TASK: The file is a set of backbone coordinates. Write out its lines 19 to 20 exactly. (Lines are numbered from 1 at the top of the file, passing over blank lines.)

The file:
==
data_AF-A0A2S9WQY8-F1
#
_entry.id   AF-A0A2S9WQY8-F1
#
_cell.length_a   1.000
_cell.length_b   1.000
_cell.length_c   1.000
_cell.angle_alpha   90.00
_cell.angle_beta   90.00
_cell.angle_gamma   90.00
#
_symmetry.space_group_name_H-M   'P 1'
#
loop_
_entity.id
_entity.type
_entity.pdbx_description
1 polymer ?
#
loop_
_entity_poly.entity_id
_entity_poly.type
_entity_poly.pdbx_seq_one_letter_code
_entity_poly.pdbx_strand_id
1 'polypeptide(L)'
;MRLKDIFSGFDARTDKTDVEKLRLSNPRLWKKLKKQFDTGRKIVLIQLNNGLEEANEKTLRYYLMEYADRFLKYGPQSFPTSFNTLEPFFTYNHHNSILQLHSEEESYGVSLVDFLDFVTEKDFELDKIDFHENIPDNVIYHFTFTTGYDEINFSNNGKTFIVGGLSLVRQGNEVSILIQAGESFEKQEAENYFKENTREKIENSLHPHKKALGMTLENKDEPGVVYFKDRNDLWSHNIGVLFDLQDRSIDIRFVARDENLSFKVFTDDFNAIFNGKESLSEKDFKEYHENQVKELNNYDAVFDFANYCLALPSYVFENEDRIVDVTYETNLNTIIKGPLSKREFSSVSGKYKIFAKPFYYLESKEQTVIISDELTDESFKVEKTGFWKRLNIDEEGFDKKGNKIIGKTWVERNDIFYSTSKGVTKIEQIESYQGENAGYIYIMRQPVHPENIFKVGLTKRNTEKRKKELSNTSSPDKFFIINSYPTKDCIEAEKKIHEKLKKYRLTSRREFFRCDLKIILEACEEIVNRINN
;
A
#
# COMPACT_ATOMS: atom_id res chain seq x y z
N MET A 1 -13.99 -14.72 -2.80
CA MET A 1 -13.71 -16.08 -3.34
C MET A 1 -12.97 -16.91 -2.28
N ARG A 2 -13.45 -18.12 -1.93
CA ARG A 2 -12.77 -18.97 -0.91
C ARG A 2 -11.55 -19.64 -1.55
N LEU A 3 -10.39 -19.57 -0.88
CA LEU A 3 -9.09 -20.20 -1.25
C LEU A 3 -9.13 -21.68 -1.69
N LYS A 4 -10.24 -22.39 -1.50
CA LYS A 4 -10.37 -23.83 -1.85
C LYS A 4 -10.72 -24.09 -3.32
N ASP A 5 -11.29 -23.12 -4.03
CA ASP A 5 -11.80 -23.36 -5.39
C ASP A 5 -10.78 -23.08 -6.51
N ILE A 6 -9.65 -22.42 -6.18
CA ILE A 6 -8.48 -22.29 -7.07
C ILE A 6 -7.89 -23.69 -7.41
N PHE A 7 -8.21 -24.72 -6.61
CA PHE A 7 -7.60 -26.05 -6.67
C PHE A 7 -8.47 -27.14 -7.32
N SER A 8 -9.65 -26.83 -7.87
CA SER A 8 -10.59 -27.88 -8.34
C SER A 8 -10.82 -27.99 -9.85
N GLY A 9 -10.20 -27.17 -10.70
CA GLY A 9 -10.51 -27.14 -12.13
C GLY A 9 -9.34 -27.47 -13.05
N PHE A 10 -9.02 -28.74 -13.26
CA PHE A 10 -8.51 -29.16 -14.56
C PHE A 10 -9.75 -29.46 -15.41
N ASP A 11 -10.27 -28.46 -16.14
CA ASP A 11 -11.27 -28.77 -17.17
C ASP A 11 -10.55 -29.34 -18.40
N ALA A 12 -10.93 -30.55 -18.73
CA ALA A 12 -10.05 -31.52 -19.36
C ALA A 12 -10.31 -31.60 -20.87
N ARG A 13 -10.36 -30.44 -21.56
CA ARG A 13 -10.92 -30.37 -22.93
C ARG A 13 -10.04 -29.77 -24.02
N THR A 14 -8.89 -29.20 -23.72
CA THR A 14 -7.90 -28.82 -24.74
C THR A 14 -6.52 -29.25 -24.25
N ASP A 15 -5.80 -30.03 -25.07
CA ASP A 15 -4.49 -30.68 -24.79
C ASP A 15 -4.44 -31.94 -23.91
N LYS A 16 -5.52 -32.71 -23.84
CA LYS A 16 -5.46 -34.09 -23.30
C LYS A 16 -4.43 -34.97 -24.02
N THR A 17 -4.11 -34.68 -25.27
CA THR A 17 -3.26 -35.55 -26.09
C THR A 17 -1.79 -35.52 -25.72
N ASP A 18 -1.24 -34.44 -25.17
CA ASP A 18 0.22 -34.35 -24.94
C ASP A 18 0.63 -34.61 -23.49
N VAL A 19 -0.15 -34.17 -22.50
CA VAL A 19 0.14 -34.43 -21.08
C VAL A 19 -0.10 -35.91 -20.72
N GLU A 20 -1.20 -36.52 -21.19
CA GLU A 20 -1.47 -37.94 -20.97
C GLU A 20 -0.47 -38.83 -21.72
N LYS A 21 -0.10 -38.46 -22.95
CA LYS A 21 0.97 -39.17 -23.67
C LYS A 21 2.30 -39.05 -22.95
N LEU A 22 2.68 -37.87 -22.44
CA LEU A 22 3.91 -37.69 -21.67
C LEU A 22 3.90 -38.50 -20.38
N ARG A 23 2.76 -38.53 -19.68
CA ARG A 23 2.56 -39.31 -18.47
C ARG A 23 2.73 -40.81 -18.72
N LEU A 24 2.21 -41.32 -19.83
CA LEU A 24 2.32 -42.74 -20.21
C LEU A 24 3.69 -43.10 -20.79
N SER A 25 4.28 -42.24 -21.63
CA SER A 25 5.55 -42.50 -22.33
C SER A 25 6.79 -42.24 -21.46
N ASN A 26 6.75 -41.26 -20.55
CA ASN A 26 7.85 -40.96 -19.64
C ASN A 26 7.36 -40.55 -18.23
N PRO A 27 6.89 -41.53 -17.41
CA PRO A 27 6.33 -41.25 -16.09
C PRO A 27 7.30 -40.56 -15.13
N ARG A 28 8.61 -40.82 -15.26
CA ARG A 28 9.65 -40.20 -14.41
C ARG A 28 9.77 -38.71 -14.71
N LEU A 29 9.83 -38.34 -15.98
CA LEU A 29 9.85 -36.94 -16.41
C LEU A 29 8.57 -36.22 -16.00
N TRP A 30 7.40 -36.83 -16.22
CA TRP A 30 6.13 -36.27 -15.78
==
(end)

#
loop_